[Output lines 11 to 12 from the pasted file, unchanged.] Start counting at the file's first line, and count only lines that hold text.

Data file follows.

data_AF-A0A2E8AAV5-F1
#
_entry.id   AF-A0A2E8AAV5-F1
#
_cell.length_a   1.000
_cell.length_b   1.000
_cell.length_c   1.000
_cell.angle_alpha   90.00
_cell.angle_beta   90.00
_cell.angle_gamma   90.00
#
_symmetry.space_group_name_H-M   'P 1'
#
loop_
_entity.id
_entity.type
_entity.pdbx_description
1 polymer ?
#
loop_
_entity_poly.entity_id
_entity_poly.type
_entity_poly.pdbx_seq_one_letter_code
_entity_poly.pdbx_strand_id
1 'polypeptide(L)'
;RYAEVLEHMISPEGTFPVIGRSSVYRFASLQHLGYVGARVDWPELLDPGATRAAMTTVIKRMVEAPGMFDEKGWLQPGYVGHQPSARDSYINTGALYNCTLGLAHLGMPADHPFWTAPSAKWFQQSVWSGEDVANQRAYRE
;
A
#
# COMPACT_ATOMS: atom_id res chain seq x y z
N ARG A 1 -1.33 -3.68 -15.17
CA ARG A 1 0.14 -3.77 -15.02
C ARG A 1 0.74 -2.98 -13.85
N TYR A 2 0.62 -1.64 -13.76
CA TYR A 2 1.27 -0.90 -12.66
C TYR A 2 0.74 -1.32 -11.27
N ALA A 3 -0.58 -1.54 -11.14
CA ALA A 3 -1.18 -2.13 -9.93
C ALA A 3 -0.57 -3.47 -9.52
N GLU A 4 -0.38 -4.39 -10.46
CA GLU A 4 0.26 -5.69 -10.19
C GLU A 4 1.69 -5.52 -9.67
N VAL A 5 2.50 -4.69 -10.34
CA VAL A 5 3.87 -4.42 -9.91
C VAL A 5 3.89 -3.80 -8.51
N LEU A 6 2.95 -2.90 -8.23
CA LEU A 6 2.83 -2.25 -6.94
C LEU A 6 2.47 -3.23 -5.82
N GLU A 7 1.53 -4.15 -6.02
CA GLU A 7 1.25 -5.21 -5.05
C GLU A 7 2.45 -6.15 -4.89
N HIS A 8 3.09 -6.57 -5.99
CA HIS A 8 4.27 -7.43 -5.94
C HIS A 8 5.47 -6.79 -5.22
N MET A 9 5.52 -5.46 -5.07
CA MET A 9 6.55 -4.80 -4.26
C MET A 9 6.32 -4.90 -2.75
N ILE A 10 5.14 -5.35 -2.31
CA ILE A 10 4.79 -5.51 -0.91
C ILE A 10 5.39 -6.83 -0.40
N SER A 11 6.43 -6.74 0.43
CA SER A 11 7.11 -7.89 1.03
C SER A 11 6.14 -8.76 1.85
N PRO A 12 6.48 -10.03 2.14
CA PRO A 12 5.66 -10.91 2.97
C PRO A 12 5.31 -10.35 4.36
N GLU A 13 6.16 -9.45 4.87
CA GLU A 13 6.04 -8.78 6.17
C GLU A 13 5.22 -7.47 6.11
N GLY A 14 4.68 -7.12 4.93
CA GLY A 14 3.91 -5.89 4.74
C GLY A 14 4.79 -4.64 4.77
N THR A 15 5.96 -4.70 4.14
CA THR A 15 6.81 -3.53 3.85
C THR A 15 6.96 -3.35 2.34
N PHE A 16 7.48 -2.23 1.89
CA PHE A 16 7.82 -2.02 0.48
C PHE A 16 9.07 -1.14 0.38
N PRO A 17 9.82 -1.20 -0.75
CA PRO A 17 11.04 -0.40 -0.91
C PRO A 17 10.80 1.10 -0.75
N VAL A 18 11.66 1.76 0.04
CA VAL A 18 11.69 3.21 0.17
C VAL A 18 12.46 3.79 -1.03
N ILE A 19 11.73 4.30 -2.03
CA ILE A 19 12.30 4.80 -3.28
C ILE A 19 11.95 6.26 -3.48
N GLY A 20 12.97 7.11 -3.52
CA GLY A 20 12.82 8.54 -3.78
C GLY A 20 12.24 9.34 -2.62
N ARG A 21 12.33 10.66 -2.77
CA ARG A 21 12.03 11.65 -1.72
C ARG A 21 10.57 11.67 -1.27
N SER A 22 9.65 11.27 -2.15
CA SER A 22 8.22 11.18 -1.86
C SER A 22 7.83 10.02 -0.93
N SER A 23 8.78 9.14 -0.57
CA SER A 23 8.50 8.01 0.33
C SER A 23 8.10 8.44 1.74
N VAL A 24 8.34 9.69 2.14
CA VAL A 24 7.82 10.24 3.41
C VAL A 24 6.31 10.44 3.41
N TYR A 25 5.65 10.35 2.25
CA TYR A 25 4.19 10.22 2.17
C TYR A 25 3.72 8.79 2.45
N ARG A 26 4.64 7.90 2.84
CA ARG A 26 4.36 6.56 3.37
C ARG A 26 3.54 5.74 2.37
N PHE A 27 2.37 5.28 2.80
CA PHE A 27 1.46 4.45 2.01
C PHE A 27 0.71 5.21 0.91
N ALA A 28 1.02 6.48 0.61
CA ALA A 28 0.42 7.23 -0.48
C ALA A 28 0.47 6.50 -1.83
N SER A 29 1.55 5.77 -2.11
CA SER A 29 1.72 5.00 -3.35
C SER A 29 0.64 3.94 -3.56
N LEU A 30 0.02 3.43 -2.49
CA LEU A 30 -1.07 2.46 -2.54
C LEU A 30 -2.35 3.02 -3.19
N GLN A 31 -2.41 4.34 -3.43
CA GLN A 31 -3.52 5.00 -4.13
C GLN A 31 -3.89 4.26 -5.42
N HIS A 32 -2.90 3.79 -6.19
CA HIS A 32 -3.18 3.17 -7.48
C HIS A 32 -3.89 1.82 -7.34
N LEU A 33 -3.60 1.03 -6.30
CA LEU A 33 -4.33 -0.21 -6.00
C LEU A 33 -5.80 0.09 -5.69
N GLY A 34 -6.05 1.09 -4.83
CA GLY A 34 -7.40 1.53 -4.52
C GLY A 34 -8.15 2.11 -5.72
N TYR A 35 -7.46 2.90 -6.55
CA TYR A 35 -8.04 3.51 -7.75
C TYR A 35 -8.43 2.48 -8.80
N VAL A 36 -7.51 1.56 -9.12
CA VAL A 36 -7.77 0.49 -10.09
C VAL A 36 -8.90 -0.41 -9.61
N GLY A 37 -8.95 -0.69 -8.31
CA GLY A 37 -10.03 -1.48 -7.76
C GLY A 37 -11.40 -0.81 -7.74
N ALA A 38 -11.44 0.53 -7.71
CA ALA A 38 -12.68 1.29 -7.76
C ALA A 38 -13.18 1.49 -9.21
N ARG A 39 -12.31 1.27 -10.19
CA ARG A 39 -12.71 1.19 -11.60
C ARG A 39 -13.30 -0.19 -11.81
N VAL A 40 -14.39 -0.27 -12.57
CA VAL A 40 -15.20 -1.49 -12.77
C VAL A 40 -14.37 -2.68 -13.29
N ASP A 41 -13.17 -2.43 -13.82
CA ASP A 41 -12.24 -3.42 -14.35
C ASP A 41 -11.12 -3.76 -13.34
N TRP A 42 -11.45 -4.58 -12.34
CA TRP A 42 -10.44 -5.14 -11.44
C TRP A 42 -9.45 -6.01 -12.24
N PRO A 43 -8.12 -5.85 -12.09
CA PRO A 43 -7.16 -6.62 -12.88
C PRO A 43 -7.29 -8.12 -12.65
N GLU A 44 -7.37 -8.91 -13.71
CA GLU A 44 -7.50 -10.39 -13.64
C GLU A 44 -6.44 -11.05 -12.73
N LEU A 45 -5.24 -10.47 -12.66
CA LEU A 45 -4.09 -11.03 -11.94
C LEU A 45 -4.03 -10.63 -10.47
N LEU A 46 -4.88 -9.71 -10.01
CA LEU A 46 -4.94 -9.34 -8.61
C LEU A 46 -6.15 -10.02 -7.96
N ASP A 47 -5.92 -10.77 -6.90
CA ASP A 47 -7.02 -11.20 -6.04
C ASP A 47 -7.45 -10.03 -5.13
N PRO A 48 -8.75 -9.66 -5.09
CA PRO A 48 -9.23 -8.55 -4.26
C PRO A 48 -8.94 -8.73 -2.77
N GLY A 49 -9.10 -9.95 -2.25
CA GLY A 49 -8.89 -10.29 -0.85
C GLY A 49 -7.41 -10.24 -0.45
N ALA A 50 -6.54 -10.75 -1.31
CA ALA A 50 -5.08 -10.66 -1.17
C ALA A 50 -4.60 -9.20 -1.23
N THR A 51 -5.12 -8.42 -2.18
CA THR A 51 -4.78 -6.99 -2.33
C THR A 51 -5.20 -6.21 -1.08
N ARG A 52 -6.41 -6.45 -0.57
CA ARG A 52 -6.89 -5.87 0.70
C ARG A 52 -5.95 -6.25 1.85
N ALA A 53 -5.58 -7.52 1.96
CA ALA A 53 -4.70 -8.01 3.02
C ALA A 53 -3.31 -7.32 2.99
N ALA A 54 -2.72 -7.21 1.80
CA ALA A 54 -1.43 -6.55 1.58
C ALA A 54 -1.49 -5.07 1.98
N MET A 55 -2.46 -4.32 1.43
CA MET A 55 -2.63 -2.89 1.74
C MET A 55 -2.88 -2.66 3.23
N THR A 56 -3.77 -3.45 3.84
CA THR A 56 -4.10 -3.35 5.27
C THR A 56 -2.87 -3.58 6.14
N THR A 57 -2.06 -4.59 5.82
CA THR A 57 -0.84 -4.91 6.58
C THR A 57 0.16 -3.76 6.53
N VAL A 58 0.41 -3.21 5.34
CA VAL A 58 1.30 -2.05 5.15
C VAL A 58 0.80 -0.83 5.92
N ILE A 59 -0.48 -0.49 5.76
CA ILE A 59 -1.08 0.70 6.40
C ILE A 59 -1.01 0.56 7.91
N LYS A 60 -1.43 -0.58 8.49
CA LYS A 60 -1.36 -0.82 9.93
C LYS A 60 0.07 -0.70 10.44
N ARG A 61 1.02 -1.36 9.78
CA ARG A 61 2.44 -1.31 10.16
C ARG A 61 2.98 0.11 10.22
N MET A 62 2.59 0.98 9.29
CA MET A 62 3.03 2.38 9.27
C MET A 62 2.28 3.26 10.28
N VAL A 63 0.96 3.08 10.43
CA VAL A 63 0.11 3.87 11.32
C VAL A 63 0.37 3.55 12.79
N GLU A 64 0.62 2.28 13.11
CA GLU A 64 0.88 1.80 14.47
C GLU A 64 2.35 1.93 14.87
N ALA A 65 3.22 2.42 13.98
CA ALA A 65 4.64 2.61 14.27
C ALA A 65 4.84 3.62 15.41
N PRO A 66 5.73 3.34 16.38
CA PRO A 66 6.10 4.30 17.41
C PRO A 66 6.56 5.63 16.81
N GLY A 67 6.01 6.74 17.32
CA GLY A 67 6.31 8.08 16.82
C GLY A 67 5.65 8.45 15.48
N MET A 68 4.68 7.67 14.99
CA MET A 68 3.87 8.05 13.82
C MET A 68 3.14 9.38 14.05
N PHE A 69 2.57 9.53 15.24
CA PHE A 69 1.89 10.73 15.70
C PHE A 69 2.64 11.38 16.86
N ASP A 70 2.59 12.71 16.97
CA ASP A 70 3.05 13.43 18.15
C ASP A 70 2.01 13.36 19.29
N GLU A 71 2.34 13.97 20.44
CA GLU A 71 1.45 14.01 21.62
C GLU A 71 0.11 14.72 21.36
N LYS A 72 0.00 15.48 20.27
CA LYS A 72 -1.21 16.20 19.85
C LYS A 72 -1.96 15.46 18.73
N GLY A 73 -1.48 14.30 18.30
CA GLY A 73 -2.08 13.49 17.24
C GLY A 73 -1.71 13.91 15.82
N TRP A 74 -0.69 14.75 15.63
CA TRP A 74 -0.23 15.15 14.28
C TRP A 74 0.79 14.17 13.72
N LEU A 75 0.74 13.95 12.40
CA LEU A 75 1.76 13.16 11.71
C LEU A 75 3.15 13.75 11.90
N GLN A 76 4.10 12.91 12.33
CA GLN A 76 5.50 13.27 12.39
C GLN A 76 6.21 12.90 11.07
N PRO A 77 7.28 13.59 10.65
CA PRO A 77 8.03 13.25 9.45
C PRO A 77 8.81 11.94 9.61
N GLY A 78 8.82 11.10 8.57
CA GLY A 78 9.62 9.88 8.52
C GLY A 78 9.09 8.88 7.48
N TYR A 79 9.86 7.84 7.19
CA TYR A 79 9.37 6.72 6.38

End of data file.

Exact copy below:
#
_symmetry.space_group_name_H-M   'P 1'